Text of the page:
Save the buildings, save the world

[Source: Richard Moe, New America Media] — Historic preservation has always been the greenest of the building arts because it necessarily involves the conservation of energy and natural resources. Now it’s time to make sure everyone knows it. It’s all about sustainability. According to the Environmental Protection Agency (EPA), transportation accounts for just 27 percent of America’s greenhouse gas emissions, while 48 percent – almost twice as much – is produced by the construction and operation of buildings. Nearly half the greenhouse gases Americans send into the atmosphere is from our buildings. More than 10 percent of the entire world’s greenhouse gas emissions is from American buildings. Historic preservation must be a key component of any effort to promote sustainable development. The challenge is to help people understand that preservation is environmentally, as well as economically, sustainable.

Buildings are embodied energy

The retention and reuse of older buildings is an effective tool for the responsible, sustainable stewardship of our environmental resources. Buildings are vast repositories of energy. It takes energy to manufacture or extract building materials, more energy to transport them to a construction site, still more energy to assemble them into a building. If the structure is demolished and land-filled, the energy locked up in it is wasted.

  • According to the Advisory Council on Historic Preservation, about 80 billion British Thermal Units (BTUs) of energy are embodied in a typical 50,000-square-foot commercial building, the equivalent of 640,000 gallons of gasoline. If you tear the building down, all of that embodied energy is wasted.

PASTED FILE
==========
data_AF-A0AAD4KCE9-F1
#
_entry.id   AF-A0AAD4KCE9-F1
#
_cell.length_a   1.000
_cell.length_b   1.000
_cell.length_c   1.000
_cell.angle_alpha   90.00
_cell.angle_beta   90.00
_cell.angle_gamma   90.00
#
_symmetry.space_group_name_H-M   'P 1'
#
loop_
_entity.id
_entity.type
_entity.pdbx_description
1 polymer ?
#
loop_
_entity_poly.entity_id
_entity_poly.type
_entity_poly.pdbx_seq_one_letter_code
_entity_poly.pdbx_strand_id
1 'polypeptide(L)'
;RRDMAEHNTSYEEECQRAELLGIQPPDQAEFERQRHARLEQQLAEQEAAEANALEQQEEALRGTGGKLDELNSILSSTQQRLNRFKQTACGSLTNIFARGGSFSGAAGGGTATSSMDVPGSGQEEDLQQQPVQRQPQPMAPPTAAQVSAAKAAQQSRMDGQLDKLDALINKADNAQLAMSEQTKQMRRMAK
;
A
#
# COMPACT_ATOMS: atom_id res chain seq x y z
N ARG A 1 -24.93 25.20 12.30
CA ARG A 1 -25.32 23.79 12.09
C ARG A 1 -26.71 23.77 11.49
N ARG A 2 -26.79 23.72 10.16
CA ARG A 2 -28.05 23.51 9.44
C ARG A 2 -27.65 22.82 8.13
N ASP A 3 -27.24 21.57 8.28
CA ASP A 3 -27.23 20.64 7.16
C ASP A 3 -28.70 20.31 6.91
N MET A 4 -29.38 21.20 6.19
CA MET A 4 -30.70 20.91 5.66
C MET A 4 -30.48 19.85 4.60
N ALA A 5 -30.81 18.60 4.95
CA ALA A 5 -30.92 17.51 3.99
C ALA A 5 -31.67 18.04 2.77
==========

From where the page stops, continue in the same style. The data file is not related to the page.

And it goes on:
• Constructing a 50,000-square-foot commercial building releases about the same amount of carbon into the atmosphere as driving a car 2.8 million miles. Demolishing it creates nearly 4,000 tons of waste.
  • Since 70 percent of the energy consumed over a building’s lifetime is used in operating the building, some people argue that the energy used in demolishing an older building and replacing it is quickly recovered through the increased energy efficiency of the new building – but that’s simply not true. Recent research indicates that even if 40 percent of the materials are recycled, it takes approximately 65 years for a green, energy-efficient new office building to recover the energy lost in demolishing an existing building.

[Note: To read the full article, click here. Photo source: Michael Lundgren. Phoenix Towers, Phoenix.]

Mark your calendar for May 6 to hear Donovan Rypkema

Donovan Rypkema, Principal of Place Economics and well-known speaker on historic preservation issues, will address “The Role of Historic Preservation in Sustainable Development” at a National Historic Preservation Month event on May 6, 2008 from 11:30 a.m. to 1:30 p.m. at the Arizona Biltmore Resort & Spa in Phoenix. All advocates for preservation and sustainability are encouraged to attend. To RSVP, contact Kay Jerin (click on name for e-mail or call 602-340-0745) with your name, organization, and day phone. Cost is $50 per person.

This event is sponsored by the Capitol Mall Association in Phoenix with support from the Arizona Preservation Foundation, Arizona State Historic Preservation Office, Arizona Department of Commerce Main Street Program, and City of Phoenix Historic Preservation Office.

Ancient land in northeast Arizona provides modern-day example of sustainable tourism